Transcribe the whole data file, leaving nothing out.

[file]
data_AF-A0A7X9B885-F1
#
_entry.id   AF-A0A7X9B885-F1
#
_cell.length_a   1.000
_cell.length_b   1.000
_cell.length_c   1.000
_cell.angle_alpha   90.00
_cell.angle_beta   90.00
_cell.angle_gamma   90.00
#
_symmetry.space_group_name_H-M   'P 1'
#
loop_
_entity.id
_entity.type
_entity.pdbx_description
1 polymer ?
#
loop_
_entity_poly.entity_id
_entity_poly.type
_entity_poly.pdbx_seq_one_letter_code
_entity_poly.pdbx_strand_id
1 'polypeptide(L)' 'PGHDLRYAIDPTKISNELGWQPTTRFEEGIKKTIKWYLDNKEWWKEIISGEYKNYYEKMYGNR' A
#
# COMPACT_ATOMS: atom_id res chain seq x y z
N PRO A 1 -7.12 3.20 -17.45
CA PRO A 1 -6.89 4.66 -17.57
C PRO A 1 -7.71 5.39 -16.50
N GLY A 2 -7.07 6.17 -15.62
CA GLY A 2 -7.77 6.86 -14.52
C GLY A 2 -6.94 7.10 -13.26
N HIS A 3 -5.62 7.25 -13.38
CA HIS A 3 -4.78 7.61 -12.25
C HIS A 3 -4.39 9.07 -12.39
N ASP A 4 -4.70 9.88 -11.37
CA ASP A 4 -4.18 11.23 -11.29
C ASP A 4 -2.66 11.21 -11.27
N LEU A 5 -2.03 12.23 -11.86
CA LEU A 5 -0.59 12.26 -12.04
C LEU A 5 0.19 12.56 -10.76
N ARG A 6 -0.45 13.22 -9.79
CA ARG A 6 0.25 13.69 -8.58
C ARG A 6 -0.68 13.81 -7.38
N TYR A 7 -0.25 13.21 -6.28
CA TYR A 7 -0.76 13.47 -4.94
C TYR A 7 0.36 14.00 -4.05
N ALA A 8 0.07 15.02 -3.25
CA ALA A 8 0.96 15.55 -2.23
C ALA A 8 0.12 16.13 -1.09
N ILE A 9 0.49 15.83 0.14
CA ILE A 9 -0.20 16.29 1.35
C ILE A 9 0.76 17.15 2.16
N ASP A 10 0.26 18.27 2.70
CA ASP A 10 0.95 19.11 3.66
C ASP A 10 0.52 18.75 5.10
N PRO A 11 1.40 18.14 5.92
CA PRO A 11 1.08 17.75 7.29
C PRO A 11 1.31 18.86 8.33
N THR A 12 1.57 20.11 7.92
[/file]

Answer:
data_AF-A0A7X9B885-F1
#
_entry.id   AF-A0A7X9B885-F1
#
_cell.length_a   1.000
_cell.length_b   1.000
_cell.length_c   1.000
_cell.angle_alpha   90.00
_cell.angle_beta   90.00
_cell.angle_gamma   90.00
#
_symmetry.space_group_name_H-M   'P 1'
#
loop_
_entity.id
_entity.type
_entity.pdbx_description
1 polymer ?
#
loop_
_entity_poly.entity_id
_entity_poly.type
_entity_poly.pdbx_seq_one_letter_code
_entity_poly.pdbx_strand_id
1 'polypeptide(L)' 'PGHDLRYAIDPTKISNELGWQPTTRFEEGIKKTIKWYLDNKEWWKEIISGEYKNYYEKMYGNR' A
#
# COMPACT_ATOMS: atom_id res chain seq x y z
N PRO A 1 -7.12 3.20 -17.45
CA PRO A 1 -6.89 4.66 -17.57
C PRO A 1 -7.71 5.39 -16.50
N GLY A 2 -7.07 6.17 -15.62
CA GLY A 2 -7.77 6.86 -14.52
C GLY A 2 -6.94 7.10 -13.26
N HIS A 3 -5.62 7.25 -13.38
CA HIS A 3 -4.78 7.61 -12.25
C HIS A 3 -4.39 9.07 -12.39
N ASP A 4 -4.70 9.88 -11.37
CA ASP A 4 -4.18 11.23 -11.29
C ASP A 4 -2.66 11.21 -11.27
N LEU A 5 -2.03 12.23 -11.86
CA LEU A 5 -0.59 12.26 -12.04
C LEU A 5 0.19 12.56 -10.76
N ARG A 6 -0.45 13.22 -9.79
CA ARG A 6 0.25 13.69 -8.58
C ARG A 6 -0.68 13.81 -7.38
N TYR A 7 -0.25 13.21 -6.28
CA TYR A 7 -0.76 13.47 -4.94
C TYR A 7 0.36 14.00 -4.05
N ALA A 8 0.07 15.02 -3.25
CA ALA A 8 0.96 15.55 -2.23
C ALA A 8 0.12 16.13 -1.09
N ILE A 9 0.49 15.83 0.14
CA ILE A 9 -0.20 16.29 1.35
C ILE A 9 0.76 17.15 2.16
N ASP A 10 0.26 18.27 2.70
CA ASP A 10 0.95 19.11 3.66
C ASP A 10 0.52 18.75 5.10
N PRO A 11 1.40 18.14 5.92
CA PRO A 11 1.08 17.75 7.29
C PRO A 11 1.31 18.86 8.33
N THR A 12 1.57 20.11 7.92